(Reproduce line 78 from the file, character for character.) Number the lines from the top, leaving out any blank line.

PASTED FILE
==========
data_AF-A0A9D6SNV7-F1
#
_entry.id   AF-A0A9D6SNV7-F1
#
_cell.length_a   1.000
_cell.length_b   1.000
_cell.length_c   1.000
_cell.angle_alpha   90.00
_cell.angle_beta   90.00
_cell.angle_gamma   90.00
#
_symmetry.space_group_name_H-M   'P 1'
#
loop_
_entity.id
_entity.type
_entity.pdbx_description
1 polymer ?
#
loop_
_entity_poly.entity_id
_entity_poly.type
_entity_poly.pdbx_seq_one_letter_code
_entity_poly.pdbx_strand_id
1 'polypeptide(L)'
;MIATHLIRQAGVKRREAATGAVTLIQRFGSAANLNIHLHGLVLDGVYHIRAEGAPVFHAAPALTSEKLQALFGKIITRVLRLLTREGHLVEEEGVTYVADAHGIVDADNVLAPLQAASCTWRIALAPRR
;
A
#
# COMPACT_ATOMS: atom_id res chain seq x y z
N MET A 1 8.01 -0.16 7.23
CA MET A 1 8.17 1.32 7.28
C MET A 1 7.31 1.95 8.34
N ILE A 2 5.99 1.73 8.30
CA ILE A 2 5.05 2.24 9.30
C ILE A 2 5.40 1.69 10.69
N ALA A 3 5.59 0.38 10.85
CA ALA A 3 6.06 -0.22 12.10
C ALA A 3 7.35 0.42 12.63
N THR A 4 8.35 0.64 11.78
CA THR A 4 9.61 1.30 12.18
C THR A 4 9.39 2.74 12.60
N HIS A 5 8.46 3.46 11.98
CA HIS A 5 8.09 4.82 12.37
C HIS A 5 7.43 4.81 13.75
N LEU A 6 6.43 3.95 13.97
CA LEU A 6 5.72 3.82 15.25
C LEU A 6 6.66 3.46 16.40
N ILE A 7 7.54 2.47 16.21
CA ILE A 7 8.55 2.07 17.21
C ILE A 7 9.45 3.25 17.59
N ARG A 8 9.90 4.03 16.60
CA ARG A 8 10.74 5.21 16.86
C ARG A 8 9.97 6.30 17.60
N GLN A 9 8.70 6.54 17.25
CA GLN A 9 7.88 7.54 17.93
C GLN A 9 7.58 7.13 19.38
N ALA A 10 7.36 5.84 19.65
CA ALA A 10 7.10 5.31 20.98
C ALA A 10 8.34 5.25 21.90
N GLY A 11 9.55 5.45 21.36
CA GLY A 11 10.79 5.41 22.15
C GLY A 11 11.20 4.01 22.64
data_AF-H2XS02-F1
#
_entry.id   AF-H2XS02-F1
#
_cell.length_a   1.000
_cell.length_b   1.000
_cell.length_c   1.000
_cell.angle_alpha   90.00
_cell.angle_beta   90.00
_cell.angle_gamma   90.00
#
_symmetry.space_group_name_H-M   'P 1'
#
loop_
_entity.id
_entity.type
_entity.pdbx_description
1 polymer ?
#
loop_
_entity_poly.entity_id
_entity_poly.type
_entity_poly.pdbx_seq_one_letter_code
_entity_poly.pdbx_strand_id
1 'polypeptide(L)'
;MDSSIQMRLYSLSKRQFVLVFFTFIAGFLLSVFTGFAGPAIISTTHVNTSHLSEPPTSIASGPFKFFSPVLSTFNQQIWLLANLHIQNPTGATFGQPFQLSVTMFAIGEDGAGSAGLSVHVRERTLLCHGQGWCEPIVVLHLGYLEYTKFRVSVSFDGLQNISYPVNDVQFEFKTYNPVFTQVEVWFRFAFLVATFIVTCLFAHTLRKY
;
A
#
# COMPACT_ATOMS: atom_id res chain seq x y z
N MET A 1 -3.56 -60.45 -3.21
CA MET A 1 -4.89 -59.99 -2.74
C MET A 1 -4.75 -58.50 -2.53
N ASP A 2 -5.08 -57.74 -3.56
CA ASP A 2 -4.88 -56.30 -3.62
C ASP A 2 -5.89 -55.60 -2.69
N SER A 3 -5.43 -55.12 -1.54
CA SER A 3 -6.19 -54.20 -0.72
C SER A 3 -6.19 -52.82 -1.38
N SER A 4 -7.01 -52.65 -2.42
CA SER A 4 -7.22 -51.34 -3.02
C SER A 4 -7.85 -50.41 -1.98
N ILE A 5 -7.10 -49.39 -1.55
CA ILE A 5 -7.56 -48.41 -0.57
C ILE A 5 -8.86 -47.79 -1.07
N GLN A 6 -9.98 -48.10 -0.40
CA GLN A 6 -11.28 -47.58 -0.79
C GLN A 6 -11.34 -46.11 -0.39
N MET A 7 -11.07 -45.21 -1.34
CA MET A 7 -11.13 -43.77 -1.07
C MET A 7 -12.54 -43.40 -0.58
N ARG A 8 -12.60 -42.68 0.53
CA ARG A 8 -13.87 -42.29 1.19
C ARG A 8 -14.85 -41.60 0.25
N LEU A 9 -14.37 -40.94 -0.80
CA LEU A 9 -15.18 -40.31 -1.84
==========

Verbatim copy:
_entity.id